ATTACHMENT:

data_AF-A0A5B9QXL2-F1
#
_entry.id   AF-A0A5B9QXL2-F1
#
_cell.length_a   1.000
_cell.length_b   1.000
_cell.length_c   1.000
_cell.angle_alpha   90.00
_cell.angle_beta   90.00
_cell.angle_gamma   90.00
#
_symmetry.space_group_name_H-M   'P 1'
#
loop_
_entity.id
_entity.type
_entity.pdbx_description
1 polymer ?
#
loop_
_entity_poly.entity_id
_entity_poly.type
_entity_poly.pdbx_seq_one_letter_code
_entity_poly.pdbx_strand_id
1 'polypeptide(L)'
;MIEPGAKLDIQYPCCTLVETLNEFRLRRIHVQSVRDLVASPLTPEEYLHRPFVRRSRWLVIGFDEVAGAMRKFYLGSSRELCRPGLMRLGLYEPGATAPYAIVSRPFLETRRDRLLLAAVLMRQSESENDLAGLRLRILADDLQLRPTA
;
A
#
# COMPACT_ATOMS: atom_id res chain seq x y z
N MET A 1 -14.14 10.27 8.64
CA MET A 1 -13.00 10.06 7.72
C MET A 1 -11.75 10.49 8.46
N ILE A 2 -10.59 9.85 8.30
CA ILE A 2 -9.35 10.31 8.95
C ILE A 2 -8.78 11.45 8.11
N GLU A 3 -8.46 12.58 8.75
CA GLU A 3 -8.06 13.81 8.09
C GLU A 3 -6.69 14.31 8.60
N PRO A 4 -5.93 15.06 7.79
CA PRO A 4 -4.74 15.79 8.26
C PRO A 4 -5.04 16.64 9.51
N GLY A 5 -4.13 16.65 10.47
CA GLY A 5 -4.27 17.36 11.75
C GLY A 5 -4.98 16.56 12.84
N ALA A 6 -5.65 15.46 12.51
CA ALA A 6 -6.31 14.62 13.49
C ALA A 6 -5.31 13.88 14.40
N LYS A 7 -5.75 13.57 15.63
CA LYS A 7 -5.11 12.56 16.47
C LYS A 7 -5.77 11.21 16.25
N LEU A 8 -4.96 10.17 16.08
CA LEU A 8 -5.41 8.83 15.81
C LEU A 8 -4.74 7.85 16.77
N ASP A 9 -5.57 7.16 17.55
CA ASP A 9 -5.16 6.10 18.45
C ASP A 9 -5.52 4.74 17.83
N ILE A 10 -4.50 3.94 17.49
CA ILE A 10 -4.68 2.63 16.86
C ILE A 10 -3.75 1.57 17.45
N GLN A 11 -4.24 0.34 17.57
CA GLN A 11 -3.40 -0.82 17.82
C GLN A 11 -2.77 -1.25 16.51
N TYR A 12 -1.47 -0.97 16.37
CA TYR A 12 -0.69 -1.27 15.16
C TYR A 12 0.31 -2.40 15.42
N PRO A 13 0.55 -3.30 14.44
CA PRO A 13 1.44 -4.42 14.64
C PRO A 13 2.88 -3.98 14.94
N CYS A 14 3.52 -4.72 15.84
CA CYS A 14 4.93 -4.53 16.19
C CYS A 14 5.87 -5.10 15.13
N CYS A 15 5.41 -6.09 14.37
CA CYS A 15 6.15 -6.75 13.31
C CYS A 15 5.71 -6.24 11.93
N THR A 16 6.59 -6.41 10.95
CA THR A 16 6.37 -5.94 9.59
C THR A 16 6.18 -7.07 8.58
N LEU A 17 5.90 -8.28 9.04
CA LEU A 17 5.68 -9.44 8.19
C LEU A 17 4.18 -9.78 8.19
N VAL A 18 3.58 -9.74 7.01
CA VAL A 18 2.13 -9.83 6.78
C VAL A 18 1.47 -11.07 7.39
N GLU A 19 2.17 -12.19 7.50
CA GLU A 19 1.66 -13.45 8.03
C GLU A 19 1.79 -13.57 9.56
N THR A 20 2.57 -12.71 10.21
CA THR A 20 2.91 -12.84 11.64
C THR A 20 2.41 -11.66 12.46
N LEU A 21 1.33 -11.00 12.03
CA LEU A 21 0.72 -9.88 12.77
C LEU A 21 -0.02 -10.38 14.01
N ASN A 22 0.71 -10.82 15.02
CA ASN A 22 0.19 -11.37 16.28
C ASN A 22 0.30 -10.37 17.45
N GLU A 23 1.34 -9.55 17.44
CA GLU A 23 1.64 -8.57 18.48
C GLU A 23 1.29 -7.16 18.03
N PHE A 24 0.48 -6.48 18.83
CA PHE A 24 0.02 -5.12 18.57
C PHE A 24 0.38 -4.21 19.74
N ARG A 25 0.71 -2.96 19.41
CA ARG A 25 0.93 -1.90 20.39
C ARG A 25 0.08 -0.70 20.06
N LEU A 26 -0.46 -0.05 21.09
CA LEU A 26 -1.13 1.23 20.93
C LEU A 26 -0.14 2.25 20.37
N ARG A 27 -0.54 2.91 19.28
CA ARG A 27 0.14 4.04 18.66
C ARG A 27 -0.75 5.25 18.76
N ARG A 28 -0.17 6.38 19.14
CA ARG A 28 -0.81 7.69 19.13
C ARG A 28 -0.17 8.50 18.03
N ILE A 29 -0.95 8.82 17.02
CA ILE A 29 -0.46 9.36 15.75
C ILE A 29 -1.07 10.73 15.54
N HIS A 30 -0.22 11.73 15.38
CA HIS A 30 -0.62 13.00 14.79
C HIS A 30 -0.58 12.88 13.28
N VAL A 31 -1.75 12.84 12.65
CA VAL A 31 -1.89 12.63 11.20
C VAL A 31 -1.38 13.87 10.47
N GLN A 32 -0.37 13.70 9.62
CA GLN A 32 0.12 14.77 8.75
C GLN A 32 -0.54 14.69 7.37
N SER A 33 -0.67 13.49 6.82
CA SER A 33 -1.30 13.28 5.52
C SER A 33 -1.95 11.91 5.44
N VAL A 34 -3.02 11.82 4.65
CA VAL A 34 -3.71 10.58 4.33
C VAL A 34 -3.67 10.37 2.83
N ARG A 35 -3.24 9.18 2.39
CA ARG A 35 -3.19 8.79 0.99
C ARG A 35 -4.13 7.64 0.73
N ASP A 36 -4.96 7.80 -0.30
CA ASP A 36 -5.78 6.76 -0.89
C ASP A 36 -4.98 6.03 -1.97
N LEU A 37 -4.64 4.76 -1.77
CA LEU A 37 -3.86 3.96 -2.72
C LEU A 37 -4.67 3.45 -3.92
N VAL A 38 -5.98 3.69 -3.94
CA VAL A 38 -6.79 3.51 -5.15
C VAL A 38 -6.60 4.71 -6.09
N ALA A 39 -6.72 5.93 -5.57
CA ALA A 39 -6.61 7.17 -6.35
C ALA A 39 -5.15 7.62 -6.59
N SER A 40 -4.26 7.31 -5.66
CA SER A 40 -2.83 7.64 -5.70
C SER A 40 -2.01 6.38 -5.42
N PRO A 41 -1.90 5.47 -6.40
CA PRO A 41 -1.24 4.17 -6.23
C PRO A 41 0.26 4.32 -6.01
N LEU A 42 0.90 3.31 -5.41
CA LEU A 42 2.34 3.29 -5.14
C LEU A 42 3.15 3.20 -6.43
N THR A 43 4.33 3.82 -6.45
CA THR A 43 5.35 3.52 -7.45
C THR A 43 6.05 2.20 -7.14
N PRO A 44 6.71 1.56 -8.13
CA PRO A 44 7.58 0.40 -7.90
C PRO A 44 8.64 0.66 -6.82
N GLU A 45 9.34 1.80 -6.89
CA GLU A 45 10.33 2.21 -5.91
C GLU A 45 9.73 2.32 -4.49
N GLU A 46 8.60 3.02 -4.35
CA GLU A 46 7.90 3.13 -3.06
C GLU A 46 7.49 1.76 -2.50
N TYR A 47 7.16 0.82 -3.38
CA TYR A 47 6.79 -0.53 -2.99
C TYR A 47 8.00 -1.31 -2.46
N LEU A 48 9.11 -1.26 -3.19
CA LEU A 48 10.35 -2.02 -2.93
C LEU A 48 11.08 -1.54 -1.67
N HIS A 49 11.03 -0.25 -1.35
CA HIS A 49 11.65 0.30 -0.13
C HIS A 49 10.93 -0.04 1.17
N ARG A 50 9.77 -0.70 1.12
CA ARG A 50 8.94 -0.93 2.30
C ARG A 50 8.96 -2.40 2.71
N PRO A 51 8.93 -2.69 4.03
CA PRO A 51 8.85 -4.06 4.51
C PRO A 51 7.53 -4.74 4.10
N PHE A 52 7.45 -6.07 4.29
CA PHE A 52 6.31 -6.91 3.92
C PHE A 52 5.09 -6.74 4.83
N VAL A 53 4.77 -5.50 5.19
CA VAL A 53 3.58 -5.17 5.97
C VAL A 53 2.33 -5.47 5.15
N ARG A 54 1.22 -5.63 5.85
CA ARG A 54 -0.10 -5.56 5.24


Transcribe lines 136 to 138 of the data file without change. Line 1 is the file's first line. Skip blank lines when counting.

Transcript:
N ASP A 36 -4.96 7.80 -0.30
CA ASP A 36 -5.78 6.76 -0.89
C ASP A 36 -4.98 6.03 -1.97